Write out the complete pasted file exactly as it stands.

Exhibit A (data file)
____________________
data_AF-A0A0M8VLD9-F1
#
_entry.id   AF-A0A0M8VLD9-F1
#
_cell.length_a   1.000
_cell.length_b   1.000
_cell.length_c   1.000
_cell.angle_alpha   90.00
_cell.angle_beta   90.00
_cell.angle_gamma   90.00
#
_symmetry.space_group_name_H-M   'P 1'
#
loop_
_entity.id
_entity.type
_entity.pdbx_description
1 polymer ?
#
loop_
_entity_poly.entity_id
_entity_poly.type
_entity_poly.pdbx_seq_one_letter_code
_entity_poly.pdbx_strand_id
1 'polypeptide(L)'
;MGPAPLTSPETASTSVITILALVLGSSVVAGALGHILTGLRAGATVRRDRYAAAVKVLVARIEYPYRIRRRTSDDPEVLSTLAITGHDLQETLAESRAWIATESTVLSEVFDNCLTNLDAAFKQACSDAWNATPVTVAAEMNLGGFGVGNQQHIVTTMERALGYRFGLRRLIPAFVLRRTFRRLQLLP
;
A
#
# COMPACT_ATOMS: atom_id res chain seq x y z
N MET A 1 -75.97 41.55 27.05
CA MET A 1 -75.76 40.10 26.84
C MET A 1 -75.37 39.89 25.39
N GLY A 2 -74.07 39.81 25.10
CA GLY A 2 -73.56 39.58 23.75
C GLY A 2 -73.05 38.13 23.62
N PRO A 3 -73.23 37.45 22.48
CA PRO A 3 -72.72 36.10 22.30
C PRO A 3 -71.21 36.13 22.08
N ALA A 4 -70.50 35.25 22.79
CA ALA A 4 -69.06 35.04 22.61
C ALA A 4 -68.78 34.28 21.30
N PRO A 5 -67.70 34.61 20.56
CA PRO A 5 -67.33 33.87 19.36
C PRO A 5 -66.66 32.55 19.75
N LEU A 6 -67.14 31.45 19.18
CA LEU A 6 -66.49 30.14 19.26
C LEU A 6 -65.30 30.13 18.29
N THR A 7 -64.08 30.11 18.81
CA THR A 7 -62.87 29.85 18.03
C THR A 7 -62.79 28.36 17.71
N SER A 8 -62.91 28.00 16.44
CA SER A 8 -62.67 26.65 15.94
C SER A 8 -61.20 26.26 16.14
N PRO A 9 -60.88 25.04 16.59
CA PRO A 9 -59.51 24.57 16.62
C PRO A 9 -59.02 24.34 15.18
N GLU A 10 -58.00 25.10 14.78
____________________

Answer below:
data_AF-A0A0M8VLD9-F1
#
_entry.id   AF-A0A0M8VLD9-F1
#
_cell.length_a   1.000
_cell.length_b   1.000
_cell.length_c   1.000
_cell.angle_alpha   90.00
_cell.angle_beta   90.00
_cell.angle_gamma   90.00
#
_symmetry.space_group_name_H-M   'P 1'
#
loop_
_entity.id
_entity.type
_entity.pdbx_description
1 polymer ?
#
loop_
_entity_poly.entity_id
_entity_poly.type
_entity_poly.pdbx_seq_one_letter_code
_entity_poly.pdbx_strand_id
1 'polypeptide(L)'
;MGPAPLTSPETASTSVITILALVLGSSVVAGALGHILTGLRAGATVRRDRYAAAVKVLVARIEYPYRIRRRTSDDPEVLSTLAITGHDLQETLAESRAWIATESTVLSEVFDNCLTNLDAAFKQACSDAWNATPVTVAAEMNLGGFGVGNQQHIVTTMERALGYRFGLRRLIPAFVLRRTFRRLQLLP
;
A
#
# COMPACT_ATOMS: atom_id res chain seq x y z
N MET A 1 -75.97 41.55 27.05
CA MET A 1 -75.76 40.10 26.84
C MET A 1 -75.37 39.89 25.39
N GLY A 2 -74.07 39.81 25.10
CA GLY A 2 -73.56 39.58 23.75
C GLY A 2 -73.05 38.13 23.62
N PRO A 3 -73.23 37.45 22.48
CA PRO A 3 -72.72 36.10 22.30
C PRO A 3 -71.21 36.13 22.08
N ALA A 4 -70.50 35.25 22.79
CA ALA A 4 -69.06 35.04 22.61
C ALA A 4 -68.78 34.28 21.30
N PRO A 5 -67.70 34.61 20.56
CA PRO A 5 -67.33 33.87 19.36
C PRO A 5 -66.66 32.55 19.75
N LEU A 6 -67.14 31.45 19.18
CA LEU A 6 -66.49 30.14 19.26
C LEU A 6 -65.30 30.13 18.29
N THR A 7 -64.08 30.11 18.81
CA THR A 7 -62.87 29.85 18.03
C THR A 7 -62.79 28.36 17.71
N SER A 8 -62.91 28.00 16.44
CA SER A 8 -62.67 26.65 15.94
C SER A 8 -61.20 26.26 16.14
N PRO A 9 -60.88 25.04 16.59
CA PRO A 9 -59.51 24.57 16.62
C PRO A 9 -59.02 24.34 15.18
N GLU A 10 -58.00 25.10 14.78